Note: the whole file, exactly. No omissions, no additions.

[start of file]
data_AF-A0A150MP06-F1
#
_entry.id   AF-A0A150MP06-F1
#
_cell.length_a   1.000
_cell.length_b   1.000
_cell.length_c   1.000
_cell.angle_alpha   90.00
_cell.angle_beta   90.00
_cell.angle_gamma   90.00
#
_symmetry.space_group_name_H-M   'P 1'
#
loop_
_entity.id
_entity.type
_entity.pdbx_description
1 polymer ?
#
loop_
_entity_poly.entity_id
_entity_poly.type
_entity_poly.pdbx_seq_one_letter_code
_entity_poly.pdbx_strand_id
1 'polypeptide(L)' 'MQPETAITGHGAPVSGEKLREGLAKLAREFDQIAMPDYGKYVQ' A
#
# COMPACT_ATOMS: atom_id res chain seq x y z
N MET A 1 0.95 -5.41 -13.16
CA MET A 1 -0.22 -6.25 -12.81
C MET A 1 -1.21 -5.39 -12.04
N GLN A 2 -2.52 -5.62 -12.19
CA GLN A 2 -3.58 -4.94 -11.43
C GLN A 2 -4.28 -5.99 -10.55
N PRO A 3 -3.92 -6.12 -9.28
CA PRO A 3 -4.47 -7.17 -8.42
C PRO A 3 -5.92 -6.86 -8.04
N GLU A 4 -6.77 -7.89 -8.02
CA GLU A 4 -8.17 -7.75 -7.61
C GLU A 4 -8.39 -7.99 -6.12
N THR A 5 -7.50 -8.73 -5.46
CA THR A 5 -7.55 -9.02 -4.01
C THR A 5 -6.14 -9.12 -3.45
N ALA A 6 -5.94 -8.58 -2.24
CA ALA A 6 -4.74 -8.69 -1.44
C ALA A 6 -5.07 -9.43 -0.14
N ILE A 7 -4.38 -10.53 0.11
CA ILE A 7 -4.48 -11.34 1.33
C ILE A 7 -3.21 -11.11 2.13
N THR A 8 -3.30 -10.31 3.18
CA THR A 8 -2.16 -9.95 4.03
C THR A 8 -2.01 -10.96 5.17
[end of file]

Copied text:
data_AF-A0A150MP06-F1
#
_entry.id   AF-A0A150MP06-F1
#
_cell.length_a   1.000
_cell.length_b   1.000
_cell.length_c   1.000
_cell.angle_alpha   90.00
_cell.angle_beta   90.00
_cell.angle_gamma   90.00
#
_symmetry.space_group_name_H-M   'P 1'
#
loop_
_entity.id
_entity.type
_entity.pdbx_description
1 polymer ?
#
loop_
_entity_poly.entity_id
_entity_poly.type
_entity_poly.pdbx_seq_one_letter_code
_entity_poly.pdbx_strand_id
1 'polypeptide(L)' 'MQPETAITGHGAPVSGEKLREGLAKLAREFDQIAMPDYGKYVQ' A
#
# COMPACT_ATOMS: atom_id res chain seq x y z
N MET A 1 0.95 -5.41 -13.16
CA MET A 1 -0.22 -6.25 -12.81
C MET A 1 -1.21 -5.39 -12.04
N GLN A 2 -2.52 -5.62 -12.19
CA GLN A 2 -3.58 -4.94 -11.43
C GLN A 2 -4.28 -5.99 -10.55
N PRO A 3 -3.92 -6.12 -9.28
CA PRO A 3 -4.47 -7.17 -8.42
C PRO A 3 -5.92 -6.86 -8.04
N GLU A 4 -6.77 -7.89 -8.02
CA GLU A 4 -8.17 -7.75 -7.61
C GLU A 4 -8.39 -7.99 -6.12
N THR A 5 -7.50 -8.73 -5.46
CA THR A 5 -7.55 -9.02 -4.01
C THR A 5 -6.14 -9.12 -3.45
N ALA A 6 -5.94 -8.58 -2.24
CA ALA A 6 -4.74 -8.69 -1.44
C ALA A 6 -5.07 -9.43 -0.14
N ILE A 7 -4.38 -10.53 0.11
CA ILE A 7 -4.48 -11.34 1.33
C ILE A 7 -3.21 -11.11 2.13
N THR A 8 -3.30 -10.31 3.18
CA THR A 8 -2.16 -9.95 4.03
C THR A 8 -2.01 -10.96 5.17